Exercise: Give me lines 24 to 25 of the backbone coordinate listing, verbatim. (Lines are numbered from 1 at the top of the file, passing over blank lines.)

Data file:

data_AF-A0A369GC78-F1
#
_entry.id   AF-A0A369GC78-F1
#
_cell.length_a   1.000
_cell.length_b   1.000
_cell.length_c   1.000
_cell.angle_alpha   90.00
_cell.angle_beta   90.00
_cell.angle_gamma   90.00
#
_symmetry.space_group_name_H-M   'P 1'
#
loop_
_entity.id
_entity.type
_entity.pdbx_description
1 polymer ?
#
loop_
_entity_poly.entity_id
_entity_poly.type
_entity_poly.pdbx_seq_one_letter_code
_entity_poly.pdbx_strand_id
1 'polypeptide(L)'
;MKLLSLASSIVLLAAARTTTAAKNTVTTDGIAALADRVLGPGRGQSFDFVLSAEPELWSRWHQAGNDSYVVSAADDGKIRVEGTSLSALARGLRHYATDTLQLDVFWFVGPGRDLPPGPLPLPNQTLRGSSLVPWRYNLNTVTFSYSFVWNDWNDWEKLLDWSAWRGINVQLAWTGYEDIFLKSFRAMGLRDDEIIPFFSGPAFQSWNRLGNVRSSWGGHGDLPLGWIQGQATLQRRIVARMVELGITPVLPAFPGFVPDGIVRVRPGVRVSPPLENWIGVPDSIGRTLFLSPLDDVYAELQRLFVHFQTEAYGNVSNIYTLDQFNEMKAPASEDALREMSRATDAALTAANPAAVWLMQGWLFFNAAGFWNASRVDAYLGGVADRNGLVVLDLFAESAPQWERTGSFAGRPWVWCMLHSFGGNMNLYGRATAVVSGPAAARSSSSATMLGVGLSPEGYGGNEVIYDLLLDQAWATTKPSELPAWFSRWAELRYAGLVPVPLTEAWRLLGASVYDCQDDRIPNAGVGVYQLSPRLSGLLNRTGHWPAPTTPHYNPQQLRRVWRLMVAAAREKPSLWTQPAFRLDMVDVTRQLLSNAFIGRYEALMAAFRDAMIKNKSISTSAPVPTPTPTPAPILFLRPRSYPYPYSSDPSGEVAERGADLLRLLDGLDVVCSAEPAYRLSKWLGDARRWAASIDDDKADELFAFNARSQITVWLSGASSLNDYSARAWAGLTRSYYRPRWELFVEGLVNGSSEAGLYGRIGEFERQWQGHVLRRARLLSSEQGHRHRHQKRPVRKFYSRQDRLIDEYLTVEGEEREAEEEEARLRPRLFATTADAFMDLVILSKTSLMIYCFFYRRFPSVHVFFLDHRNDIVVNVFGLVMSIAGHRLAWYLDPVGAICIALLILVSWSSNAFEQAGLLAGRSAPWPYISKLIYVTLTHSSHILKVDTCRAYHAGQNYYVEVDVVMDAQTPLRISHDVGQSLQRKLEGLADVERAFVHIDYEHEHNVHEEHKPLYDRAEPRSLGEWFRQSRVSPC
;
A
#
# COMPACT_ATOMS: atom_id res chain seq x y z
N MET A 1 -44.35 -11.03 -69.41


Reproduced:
_entity_poly.pdbx_strand_id
1 'polypeptide(L)'